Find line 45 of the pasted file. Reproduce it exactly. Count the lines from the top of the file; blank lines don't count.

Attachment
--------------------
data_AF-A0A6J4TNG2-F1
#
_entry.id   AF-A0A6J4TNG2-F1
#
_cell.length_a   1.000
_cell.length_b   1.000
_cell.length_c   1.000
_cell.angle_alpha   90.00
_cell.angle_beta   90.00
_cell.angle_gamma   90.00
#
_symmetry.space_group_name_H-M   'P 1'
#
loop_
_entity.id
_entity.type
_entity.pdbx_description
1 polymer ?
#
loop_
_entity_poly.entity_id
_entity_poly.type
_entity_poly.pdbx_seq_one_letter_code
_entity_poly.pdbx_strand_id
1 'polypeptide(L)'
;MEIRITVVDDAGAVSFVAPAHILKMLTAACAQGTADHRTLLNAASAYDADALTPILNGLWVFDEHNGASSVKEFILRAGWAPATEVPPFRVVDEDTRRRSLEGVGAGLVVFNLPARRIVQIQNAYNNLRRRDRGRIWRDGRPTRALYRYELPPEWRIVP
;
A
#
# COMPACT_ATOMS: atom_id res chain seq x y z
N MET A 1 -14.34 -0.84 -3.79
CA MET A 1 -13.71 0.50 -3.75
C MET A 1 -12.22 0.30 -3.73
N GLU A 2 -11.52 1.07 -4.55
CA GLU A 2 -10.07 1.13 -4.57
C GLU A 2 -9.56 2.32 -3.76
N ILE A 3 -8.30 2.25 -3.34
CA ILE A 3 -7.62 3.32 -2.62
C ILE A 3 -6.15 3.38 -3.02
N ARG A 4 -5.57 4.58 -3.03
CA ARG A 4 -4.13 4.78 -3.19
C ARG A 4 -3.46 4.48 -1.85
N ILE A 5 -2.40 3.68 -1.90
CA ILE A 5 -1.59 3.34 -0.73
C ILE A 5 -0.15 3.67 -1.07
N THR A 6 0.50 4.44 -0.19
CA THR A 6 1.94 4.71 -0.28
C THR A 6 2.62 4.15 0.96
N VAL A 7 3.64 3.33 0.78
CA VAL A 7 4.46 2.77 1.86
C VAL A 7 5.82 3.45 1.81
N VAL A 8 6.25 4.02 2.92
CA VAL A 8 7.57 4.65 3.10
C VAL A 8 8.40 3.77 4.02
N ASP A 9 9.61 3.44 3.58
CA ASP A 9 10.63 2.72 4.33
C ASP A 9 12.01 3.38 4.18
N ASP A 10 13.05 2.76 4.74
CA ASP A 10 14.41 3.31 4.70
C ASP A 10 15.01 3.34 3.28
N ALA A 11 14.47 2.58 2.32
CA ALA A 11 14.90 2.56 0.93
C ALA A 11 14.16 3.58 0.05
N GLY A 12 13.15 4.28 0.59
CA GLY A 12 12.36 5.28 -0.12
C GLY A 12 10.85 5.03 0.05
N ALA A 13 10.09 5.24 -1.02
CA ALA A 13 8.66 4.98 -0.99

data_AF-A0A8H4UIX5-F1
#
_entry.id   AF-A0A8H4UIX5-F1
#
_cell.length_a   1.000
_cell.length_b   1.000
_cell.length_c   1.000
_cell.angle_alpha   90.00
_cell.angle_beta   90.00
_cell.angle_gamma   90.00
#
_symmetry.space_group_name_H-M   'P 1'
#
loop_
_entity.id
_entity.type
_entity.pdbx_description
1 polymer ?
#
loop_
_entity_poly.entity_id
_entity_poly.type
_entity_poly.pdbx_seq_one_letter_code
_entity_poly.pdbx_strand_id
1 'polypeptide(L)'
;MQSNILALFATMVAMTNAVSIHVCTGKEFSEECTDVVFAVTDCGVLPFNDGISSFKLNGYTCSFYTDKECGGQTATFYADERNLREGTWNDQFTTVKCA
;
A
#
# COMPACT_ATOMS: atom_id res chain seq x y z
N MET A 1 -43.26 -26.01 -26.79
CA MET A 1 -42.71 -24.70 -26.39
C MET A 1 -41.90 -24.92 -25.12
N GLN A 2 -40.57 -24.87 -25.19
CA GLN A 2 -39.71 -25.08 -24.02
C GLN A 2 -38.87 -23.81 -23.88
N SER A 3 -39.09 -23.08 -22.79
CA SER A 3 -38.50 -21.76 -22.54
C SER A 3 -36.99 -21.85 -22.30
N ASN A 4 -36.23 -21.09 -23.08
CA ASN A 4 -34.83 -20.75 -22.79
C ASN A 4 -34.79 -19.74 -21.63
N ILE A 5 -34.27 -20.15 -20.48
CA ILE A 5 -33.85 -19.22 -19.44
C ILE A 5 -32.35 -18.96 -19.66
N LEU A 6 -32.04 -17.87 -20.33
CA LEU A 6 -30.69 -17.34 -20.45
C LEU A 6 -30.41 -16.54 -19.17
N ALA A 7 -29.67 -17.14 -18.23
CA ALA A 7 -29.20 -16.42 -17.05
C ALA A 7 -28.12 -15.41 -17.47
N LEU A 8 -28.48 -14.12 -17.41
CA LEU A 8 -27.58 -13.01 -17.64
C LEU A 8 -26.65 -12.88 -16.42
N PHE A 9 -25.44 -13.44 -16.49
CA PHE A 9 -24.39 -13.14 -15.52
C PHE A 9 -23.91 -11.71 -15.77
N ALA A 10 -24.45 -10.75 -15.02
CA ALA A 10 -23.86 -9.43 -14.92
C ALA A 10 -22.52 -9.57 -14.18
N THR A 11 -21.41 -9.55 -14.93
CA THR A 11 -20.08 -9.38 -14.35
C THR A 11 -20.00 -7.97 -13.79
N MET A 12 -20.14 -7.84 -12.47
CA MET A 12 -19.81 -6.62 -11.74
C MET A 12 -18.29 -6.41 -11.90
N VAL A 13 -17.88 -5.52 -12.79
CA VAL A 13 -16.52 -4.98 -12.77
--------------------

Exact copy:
C ILE A 5 -0.15 3.67 -1.07